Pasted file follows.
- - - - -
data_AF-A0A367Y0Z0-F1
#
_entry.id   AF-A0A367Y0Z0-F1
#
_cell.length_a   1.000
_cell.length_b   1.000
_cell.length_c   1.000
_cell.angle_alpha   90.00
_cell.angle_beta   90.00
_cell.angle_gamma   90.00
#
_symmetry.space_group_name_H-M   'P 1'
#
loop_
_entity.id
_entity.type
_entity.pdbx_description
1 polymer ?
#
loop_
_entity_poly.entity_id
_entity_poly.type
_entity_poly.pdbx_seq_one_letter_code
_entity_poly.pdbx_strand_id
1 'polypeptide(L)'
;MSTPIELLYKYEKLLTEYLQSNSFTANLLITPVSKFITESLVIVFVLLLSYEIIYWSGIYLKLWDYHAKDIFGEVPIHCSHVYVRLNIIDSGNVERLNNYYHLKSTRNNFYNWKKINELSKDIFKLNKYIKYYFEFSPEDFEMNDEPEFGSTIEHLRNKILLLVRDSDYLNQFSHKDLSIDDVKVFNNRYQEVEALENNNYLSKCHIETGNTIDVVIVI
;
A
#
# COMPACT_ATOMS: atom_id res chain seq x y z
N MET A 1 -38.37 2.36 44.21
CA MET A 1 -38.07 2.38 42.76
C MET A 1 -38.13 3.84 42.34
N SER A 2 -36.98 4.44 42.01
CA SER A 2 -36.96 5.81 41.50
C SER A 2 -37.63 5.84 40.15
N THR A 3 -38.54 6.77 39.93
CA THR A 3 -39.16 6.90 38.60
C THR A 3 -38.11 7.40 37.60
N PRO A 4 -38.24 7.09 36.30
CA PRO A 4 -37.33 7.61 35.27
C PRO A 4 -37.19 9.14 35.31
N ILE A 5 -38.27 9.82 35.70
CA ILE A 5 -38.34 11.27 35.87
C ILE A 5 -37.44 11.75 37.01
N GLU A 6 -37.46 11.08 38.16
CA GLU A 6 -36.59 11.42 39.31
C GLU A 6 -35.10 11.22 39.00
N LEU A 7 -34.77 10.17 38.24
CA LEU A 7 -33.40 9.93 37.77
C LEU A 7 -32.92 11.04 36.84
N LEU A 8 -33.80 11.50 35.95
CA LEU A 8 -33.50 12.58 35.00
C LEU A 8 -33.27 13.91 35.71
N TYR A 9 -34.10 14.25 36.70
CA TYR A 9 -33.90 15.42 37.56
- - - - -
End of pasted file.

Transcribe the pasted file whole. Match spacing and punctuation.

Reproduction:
data_AF-A0A367Y0Z0-F1
#
_entry.id   AF-A0A367Y0Z0-F1
#
_cell.length_a   1.000
_cell.length_b   1.000
_cell.length_c   1.000
_cell.angle_alpha   90.00
_cell.angle_beta   90.00
_cell.angle_gamma   90.00
#
_symmetry.space_group_name_H-M   'P 1'
#
loop_
_entity.id
_entity.type
_entity.pdbx_description
1 polymer ?
#
loop_
_entity_poly.entity_id
_entity_poly.type
_entity_poly.pdbx_seq_one_letter_code
_entity_poly.pdbx_strand_id
1 'polypeptide(L)'
;MSTPIELLYKYEKLLTEYLQSNSFTANLLITPVSKFITESLVIVFVLLLSYEIIYWSGIYLKLWDYHAKDIFGEVPIHCSHVYVRLNIIDSGNVERLNNYYHLKSTRNNFYNWKKINELSKDIFKLNKYIKYYFEFSPEDFEMNDEPEFGSTIEHLRNKILLLVRDSDYLNQFSHKDLSIDDVKVFNNRYQEVEALENNNYLSKCHIETGNTIDVVIVI
;
A
#
# COMPACT_ATOMS: atom_id res chain seq x y z
N MET A 1 -38.37 2.36 44.21
CA MET A 1 -38.07 2.38 42.76
C MET A 1 -38.13 3.84 42.34
N SER A 2 -36.98 4.44 42.01
CA SER A 2 -36.96 5.81 41.50
C SER A 2 -37.63 5.84 40.15
N THR A 3 -38.54 6.77 39.93
CA THR A 3 -39.16 6.90 38.60
C THR A 3 -38.11 7.40 37.60
N PRO A 4 -38.24 7.09 36.30
CA PRO A 4 -37.33 7.61 35.27
C PRO A 4 -37.19 9.14 35.31
N ILE A 5 -38.27 9.82 35.70
CA ILE A 5 -38.34 11.27 35.87
C ILE A 5 -37.44 11.75 37.01
N GLU A 6 -37.46 11.08 38.16
CA GLU A 6 -36.59 11.42 39.31
C GLU A 6 -35.10 11.22 39.00
N LEU A 7 -34.77 10.17 38.24
CA LEU A 7 -33.40 9.93 37.77
C LEU A 7 -32.92 11.04 36.84
N LEU A 8 -33.80 11.50 35.95
CA LEU A 8 -33.50 12.58 35.00
C LEU A 8 -33.27 13.91 35.71
N TYR A 9 -34.10 14.25 36.70
CA TYR A 9 -33.90 15.42 37.56